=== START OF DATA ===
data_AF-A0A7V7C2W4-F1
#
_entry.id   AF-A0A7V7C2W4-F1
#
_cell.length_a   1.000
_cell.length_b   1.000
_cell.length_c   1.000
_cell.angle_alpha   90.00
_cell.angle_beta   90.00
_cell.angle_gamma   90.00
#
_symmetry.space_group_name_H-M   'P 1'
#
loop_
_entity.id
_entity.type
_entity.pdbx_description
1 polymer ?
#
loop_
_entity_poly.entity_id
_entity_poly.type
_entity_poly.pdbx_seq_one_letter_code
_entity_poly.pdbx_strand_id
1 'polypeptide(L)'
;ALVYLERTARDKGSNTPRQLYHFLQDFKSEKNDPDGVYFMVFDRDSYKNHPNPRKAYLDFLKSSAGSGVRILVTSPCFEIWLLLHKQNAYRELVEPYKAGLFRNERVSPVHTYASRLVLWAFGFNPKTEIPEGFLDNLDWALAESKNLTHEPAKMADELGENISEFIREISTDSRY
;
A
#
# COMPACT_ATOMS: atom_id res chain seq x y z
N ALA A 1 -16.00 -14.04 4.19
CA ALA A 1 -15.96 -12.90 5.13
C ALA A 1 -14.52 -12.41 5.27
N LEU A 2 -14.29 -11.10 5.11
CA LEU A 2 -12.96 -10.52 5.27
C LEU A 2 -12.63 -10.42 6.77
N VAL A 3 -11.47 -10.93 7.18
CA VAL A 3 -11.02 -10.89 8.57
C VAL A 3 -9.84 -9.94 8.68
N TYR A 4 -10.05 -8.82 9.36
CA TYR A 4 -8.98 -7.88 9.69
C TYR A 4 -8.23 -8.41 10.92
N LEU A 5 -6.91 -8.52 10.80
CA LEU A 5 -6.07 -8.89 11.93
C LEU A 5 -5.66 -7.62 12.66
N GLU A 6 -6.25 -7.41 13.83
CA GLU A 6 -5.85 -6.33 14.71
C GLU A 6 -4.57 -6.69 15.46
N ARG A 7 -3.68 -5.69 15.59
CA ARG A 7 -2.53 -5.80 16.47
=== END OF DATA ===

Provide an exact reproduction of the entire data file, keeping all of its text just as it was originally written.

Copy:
data_AF-A0A7V7C2W4-F1
#
_entry.id   AF-A0A7V7C2W4-F1
#
_cell.length_a   1.000
_cell.length_b   1.000
_cell.length_c   1.000
_cell.angle_alpha   90.00
_cell.angle_beta   90.00
_cell.angle_gamma   90.00
#
_symmetry.space_group_name_H-M   'P 1'
#
loop_
_entity.id
_entity.type
_entity.pdbx_description
1 polymer ?
#
loop_
_entity_poly.entity_id
_entity_poly.type
_entity_poly.pdbx_seq_one_letter_code
_entity_poly.pdbx_strand_id
1 'polypeptide(L)'
;ALVYLERTARDKGSNTPRQLYHFLQDFKSEKNDPDGVYFMVFDRDSYKNHPNPRKAYLDFLKSSAGSGVRILVTSPCFEIWLLLHKQNAYRELVEPYKAGLFRNERVSPVHTYASRLVLWAFGFNPKTEIPEGFLDNLDWALAESKNLTHEPAKMADELGENISEFIREISTDSRY
;
A
#
# COMPACT_ATOMS: atom_id res chain seq x y z
N ALA A 1 -16.00 -14.04 4.19
CA ALA A 1 -15.96 -12.90 5.13
C ALA A 1 -14.52 -12.41 5.27
N LEU A 2 -14.29 -11.10 5.11
CA LEU A 2 -12.96 -10.52 5.27
C LEU A 2 -12.63 -10.42 6.77
N VAL A 3 -11.47 -10.93 7.18
CA VAL A 3 -11.02 -10.89 8.57
C VAL A 3 -9.84 -9.94 8.68
N TYR A 4 -10.05 -8.82 9.36
CA TYR A 4 -8.98 -7.88 9.69
C TYR A 4 -8.23 -8.41 10.92
N LEU A 5 -6.91 -8.52 10.80
CA LEU A 5 -6.07 -8.89 11.93
C LEU A 5 -5.66 -7.62 12.66
N GLU A 6 -6.25 -7.41 13.83
CA GLU A 6 -5.85 -6.33 14.71
C GLU A 6 -4.57 -6.69 15.46
N ARG A 7 -3.68 -5.69 15.59
CA ARG A 7 -2.53 -5.80 16.47